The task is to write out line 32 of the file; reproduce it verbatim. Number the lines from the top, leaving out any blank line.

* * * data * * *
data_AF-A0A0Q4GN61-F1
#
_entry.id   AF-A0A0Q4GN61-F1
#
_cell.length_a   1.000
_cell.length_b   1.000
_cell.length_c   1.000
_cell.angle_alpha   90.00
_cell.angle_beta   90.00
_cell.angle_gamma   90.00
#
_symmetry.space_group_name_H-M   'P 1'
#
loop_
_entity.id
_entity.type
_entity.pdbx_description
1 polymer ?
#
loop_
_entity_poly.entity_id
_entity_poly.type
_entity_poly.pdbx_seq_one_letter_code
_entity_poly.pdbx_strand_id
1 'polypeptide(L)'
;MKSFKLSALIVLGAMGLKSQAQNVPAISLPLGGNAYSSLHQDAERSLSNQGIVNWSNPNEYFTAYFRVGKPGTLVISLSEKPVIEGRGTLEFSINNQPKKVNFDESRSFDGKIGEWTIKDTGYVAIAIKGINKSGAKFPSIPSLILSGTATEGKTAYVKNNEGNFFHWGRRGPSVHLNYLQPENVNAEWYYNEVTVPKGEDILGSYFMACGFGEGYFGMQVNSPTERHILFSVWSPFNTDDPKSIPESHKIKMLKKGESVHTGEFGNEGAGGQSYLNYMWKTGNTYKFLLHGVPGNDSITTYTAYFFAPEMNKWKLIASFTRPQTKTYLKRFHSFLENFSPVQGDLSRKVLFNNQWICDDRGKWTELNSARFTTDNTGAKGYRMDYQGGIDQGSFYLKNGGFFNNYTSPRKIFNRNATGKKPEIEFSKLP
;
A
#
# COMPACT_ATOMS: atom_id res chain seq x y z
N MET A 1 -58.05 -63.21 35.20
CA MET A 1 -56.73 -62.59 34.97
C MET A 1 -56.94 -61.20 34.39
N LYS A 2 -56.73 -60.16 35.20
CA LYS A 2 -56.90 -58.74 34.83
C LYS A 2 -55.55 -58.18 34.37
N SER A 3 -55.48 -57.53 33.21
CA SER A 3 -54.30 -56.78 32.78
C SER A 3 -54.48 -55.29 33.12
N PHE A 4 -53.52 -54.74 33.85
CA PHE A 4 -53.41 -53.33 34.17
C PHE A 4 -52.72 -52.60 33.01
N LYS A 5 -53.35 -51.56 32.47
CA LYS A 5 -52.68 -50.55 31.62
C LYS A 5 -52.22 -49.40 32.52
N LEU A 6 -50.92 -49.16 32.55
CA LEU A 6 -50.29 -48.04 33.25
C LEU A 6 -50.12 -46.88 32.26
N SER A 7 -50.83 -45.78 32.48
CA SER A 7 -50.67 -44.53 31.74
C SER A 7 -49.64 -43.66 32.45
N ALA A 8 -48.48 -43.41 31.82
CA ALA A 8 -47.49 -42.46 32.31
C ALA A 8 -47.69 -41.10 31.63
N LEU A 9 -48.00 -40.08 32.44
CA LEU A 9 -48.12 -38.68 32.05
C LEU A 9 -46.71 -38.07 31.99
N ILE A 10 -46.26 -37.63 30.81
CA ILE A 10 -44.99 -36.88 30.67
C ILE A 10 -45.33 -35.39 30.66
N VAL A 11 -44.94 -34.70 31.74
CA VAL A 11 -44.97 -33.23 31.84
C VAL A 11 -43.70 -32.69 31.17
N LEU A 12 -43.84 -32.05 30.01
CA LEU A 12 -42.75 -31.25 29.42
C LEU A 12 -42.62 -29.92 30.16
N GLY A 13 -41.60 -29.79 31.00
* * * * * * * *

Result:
CA MET A 1 -56.73 -62.59 34.97